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India and Pakistan were on the brink of war for Kashmir. There did not seem to be any possibility of negotiating on this issue until tensions had eased. A way to reduce hostility… Focus on other important issues on which cooperation would be possible. Progress in these areas would foster a sense of community between the two nations that, over time, could lead to a settlement of Kashmir. Accordingly, I proposed that India and Pakistan jointly develop a programme to jointly develop and exploit the River System of the Indus Basin, on which both nations depended for irrigation water. With new dams and irrigation canals, the indus and its tributaries could be manufactured in such a way as to provide the additional water needed by each country to increase food production. In that article, I proposed that the World Bank could use its good offices to bring the parties to an agreement and help finance an industrial development programme. [37]:93 However, negotiations quickly came to a halt, without any party being willing to compromise. In 1951, David Lilienthal, former director of the Tennessee Valley Authority and the U.S. Atomic Energy Commission, traveled to the area to research articles he was to write for Colliers Magazine. He proposed that India and Pakistan work to conclude an agreement for the joint development and management of the Indus water system, possibly with advice and funding from the World Bank.

Eugene Black, then president of the World Bank, agreed. On his proposal, engineers from each country formed a working group in which engineers provide advice to the World Bank. However, political considerations prevented even these technical discussions from reaching an agreement. In 1954, the World Bank proposed a solution to the impasse. After six years of talks, Indian Prime Minister Jawaharlal Nehru and Pakistani President Mohammad Ayub Khan signed the Indus Water Treaty in September 1960. Each Party shall inform the other Party of the construction projects of engineering works which would concern the other Party and provide data on such works. Annual inspections and data exchange continue unabated by tensions in the subcontinent. The Salal dam was built by mutual agreement between the two countries. [20] The tumultuous project has not been allowed for decades, even after lengthy discussions between India and Pakistan.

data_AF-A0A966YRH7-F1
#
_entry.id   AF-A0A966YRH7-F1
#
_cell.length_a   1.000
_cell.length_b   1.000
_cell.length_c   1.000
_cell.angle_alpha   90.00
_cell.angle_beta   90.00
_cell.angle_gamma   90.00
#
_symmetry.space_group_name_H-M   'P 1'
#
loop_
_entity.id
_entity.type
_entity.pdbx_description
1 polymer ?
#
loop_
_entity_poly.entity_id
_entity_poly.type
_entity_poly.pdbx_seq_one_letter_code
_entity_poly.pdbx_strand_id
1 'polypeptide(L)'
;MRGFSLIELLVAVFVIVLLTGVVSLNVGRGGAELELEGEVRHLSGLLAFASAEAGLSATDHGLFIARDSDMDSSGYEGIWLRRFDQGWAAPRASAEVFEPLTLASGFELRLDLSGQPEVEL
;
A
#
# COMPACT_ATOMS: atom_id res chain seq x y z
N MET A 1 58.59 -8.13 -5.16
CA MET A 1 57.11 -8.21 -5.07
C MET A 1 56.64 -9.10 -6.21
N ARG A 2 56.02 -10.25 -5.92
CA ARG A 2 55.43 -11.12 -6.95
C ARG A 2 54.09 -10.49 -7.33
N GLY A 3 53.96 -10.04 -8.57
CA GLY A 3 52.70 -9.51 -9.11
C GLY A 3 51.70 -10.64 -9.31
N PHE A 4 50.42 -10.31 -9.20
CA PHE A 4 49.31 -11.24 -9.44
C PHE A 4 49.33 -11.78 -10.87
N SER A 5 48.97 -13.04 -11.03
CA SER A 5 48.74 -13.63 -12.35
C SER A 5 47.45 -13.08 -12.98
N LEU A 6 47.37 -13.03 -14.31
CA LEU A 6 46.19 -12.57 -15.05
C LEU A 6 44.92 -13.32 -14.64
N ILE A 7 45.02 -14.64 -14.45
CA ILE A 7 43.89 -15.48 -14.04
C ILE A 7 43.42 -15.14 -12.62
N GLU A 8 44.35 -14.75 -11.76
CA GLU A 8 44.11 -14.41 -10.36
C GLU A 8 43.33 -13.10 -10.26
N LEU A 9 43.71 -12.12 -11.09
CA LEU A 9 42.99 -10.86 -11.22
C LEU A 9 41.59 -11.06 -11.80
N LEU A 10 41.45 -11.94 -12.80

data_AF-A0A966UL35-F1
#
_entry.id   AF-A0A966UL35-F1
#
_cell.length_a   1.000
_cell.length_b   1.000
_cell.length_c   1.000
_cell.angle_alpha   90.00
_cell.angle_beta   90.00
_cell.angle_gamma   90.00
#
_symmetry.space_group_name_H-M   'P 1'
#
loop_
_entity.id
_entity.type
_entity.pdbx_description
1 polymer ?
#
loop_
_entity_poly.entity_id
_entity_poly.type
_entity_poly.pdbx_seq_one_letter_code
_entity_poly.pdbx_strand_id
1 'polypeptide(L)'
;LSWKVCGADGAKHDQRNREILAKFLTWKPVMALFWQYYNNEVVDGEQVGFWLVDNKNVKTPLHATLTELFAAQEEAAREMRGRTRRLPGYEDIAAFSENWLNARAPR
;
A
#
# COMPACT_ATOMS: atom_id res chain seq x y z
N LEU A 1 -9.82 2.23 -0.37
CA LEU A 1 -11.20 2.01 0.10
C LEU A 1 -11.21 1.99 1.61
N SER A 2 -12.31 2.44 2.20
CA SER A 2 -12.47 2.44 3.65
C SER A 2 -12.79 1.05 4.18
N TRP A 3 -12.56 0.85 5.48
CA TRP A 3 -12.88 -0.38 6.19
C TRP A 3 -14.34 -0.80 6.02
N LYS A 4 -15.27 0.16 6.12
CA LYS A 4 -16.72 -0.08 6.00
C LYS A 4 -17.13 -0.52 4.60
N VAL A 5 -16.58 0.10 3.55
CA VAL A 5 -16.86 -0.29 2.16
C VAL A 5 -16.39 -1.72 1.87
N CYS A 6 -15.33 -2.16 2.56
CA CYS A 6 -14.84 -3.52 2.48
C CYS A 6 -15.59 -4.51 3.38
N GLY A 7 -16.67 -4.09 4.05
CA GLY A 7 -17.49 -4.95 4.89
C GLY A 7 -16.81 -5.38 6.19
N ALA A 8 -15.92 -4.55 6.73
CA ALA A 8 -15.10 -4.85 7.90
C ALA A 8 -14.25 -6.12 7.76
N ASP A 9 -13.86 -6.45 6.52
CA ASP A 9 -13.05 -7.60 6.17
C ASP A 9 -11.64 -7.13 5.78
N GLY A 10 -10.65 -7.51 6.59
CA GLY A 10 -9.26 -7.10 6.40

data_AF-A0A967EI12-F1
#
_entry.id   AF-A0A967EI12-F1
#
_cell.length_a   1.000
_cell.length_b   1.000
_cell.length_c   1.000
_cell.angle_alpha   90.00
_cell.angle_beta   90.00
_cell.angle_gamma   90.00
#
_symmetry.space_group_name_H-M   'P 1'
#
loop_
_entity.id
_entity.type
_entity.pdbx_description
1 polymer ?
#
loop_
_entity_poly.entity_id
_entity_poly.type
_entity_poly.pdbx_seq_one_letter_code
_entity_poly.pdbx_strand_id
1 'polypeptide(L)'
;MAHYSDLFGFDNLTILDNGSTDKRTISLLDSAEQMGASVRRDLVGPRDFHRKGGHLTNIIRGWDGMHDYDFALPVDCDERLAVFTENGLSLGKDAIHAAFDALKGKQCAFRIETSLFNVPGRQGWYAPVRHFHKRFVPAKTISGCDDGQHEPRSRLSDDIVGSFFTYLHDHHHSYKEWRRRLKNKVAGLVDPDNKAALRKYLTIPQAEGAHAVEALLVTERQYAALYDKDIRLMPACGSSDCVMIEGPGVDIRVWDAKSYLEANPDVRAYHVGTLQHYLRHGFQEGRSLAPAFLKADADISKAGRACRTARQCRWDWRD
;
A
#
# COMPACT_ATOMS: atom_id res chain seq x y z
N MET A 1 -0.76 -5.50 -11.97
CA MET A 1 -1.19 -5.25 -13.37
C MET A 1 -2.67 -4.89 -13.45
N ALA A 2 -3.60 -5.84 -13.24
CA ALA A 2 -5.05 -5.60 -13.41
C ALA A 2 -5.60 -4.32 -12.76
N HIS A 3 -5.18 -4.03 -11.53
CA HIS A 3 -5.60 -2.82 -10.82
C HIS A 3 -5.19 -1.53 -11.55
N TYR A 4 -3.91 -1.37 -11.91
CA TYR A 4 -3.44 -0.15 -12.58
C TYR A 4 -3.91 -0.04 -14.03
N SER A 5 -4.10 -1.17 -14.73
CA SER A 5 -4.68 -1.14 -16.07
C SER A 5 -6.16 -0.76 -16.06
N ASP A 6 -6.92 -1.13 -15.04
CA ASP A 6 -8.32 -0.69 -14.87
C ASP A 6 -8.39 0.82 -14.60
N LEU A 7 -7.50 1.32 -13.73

[21] In the event of a dispute or disagreement, the Permanent Court of Arbitration (APC) or a neutral technical expert has appealed to arbitration. The judgment of the technical expert was followed for the evacuation of the Baglihar power plant and the PCA shutdown was followed for the evacuation of the Kishanganga hydroelectric power plant. [22] [23] [24] Pakistan claims to have breached the contract for the 850 MW Ratle hydroelectric power plant. [25] India has not yet claimed a violation of Article II of the Inland/Inland SC Republic by Pakistan, although Pakistan uses groundwater for various purposes in the ravi and Sutlej pelvic area, before these rivers eventually turn to Pakistan. Pakistan has also implemented river training activities in this manner in order to reduce river flooding in its territory and to aggravate flooding in the Great Rann of Kutch region of India, contrary to article IV, paragraph 3 bis. [26] Pakistan, which is raising disputes and moving closer to the PCA against Indian projects, could lead to the abolition of the internal/inward movement if its provisions are interpreted in detail by the CPA judgments. [27] In 1948, water rights from the river system were at the center of an Indo-Pakistani water dispute. . .

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